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The Celebration (1998)

Festen (original title)
R | | Drama | 19 June 1998 (Denmark)
At Helge's 60th birthday party, some unpleasant family truths are revealed.

Director:

(uncredited)

Writers:

(screenplay), (screenplay) | 1 more credit »

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Nominated for 1 Golden Globe. Another 28 wins & 22 nominations. See more awards »

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Cast

Cast overview, first billed only:
...
...
...
...
Helene
Birthe Neumann ...
Moderen - Else
...
Pia
Helle Dolleris ...
Mette
Therese Glahn ...
Michelle
Klaus Bondam ...
Toastmasteren - Master of Ceremonies
Bjarne Henriksen ...
Kokken - Kim
Gbatokai Dakinah ...
Gbatokai
Lasse Lunderskov ...
Onklen - Uncle
...
Receptionisten - Receptionist
Lene Laub Oksen ...
Søsteren - Sister
Linda Laursen ...
Birthe
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Storyline

The Father turns 60. His family, which is a big one of the kind, gathers to celebrate him on a castle. Everybody likes and respects the father deeply...or do they? The youngest son is trying to live up to the father's expectations. He is running a grill-bar in a dirty part of Copenhagen. The oldest son runs a restaurant in France, while the sister is a anthropologist. The older sister has recently committed suicide and the father asks the oldest son to say a few words about her, because he is afraid he will break into tears if he does it himself. The oldest son agrees without argument. Actually he has already written two speeches. A yellow and a green one. By the table, he asks the father to pick a speech. The father chooses green. The oldest son announces that this is the Speech of Truth. Everybody laughs, except for the father who gets a nervous look on his face. For he knows that the oldest son is about to reveal the secret of why the oldest sister killed herself. Written by Jonas L.

Plot Summary | Plot Synopsis

Taglines:

Every family has a secret. See more »

Genres:

Drama

Motion Picture Rating (MPAA)

Rated R for strong sexual content and language, including references to sexual abuse | See all certifications »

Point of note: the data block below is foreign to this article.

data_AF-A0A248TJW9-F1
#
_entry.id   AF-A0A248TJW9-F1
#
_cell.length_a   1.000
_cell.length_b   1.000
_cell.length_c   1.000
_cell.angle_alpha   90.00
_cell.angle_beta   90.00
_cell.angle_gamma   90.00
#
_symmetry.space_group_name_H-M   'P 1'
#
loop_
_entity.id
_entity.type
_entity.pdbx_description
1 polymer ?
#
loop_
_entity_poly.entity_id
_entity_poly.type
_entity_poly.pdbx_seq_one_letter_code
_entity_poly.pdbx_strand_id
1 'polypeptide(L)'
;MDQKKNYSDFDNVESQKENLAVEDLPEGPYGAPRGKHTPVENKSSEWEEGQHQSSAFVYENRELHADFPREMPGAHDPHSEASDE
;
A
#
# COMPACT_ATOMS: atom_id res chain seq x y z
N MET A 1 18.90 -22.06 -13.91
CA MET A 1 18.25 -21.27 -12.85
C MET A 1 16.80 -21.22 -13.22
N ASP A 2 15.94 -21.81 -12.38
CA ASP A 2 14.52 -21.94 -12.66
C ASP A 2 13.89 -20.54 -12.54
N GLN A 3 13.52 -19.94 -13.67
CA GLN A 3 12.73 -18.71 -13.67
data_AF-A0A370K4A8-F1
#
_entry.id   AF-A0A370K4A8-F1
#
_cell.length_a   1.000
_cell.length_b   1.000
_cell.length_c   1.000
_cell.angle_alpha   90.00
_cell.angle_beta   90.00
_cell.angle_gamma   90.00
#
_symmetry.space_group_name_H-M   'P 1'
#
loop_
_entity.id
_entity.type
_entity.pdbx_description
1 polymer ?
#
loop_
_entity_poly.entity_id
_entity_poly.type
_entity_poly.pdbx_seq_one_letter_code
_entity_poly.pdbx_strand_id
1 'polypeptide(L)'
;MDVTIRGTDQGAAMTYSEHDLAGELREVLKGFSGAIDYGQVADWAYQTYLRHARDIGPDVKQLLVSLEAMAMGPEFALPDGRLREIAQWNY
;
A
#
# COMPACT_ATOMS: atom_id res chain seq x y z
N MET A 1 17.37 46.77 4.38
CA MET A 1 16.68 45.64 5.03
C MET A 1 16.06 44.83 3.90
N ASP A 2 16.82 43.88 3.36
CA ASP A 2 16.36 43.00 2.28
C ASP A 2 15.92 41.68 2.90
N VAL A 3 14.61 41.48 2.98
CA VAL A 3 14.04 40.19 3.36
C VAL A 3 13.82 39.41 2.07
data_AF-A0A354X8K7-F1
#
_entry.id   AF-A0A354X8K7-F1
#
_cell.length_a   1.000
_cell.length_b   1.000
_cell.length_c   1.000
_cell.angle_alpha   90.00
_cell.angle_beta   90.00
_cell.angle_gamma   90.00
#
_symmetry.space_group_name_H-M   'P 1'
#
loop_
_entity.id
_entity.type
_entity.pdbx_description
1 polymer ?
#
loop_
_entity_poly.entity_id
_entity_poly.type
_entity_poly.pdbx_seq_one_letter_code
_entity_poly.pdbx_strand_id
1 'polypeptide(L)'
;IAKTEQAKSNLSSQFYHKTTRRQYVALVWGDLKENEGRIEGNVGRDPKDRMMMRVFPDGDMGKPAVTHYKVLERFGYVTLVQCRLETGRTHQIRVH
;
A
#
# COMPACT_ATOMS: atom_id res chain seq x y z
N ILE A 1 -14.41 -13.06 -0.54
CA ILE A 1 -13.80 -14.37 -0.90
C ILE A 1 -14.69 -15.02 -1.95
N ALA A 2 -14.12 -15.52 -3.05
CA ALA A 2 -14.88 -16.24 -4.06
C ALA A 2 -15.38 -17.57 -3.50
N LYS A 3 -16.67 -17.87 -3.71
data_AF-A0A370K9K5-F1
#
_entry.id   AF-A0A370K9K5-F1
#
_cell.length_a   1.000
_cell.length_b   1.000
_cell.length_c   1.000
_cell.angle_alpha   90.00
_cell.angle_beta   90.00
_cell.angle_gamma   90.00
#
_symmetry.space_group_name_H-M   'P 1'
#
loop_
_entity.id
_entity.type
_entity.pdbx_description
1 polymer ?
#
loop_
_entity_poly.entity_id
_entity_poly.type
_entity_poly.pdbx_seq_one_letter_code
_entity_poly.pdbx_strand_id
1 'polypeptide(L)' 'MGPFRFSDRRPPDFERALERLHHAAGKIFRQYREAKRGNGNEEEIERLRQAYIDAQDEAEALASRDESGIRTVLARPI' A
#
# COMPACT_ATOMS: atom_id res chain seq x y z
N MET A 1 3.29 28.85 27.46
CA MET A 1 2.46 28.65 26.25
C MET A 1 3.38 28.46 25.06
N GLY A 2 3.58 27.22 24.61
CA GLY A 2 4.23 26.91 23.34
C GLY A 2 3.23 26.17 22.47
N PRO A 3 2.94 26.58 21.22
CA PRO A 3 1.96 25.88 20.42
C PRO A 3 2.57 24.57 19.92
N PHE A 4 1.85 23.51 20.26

Parents Guide:

 »
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Details

Country:

|

Language:

| |

Release Date:

19 June 1998 (Denmark)  »

Also Known As:

The Celebration  »

Filming Locations:

 »

Box Office

Budget:

$1,300,000 (estimated)

Opening Weekend:

$27,621 (USA) (9 October 1998)

Gross:

$1,647,780 (USA) (19 February 1999)
 »

Company Credits

Show detailed on  »

Technical Specs

Runtime:

Sound Mix:

Color:

Aspect Ratio:

1.33 : 1
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Did You Know?

Trivia

Since this is a Dogme-film, there cannot be any non diegetic (artificial) sounds added, no post-production. The camera also needs to be hand-held. So when Christian falls to the floor in the reception and sees his sister, Christian himself had to hold the camera when falling. To achieve the "dizzy" sound, the original cameraman swung the microphone around in the air. See more »

Goofs

In an early scene, a cameraman can be seen reflected in a bedroom mirror (director Thomas Vinterberg noticed this but kept it in). See more »

Quotes

[first lines]
[subtitled version]
Christian Klingenfeldt: [on his cellphone] Christian speaking... Hi, I'm here now. I landed this morning. What? Er... Washed? I shaved at the airport if you must know. I shaved at the airport if you must know! I'm fine... right now I'm looking across the fields. At the land of my father. It's beautiful. It makes me want to move back for good, but that'd be problematical. I'll make it. Yes, I suppose it will be... shocking. What?... You're dropping out. O.K. Bye.
See more »

Connections

Referenced in For Pete's Wake! (2007) See more »

Soundtracks

Jeg har set en rigtig negermand
By Niels C. Andersen
Dacapo
c/o Warner/Chappell Music Denmark A/S
See more »

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User Reviews

 
This family would need a lot of help just to be dysfunctional.
26 May 1999 | by (Vancouver, British Columbia) – See all my reviews

First of all, the home video camera style, casting and editing perfectly suited the subject matter and script. Wealthy and overbearing patriarch is feted on the occasion of his 60th birthday -- extended family and hangers-on gather with some of the best and worst aspects of our culture on display. It's also a rather sad occasion, as one of daddy's daughters killed herself not long ago, but several guests mention how "nice" the funeral was, and which room is mine? Eldest son rises to give a toast to the old man -- and out comes some unpleasantness that people would either prefer to pretend they didn't hear, or stuff forcefully back down his throat. Then the fun really starts.

Thanks to the cast for acting with restraint -- and being believable.

Some very black humour (including pathetic scenes of the decadent bourgeoisie at play), none of it gratuitous, some of it damning, some just outrageously funny. But this is not a light film in any sense. Guess what really happens when the victimised family member tells the truth? Ouch! What about when mommy gets to choose between husband and child? Double ouch!! And finally, when victim asks dad why he did it -- well, prepare for the blow to the old solar plexus...

Trust me, I know. This is how it really happens. It's good to see a well-crafted film (that gives its human themes paramount importance) on this subject. I'm tired of watching films which try to make me feel sorry for rich kids whose parents just don't understand how hard it is to be a rich kid with pimples.

As the families (one in ten?) with histories like this one can attest, being "dysfunctional" would have been a very happy place to be, compared to the reality as shown in this fine film.


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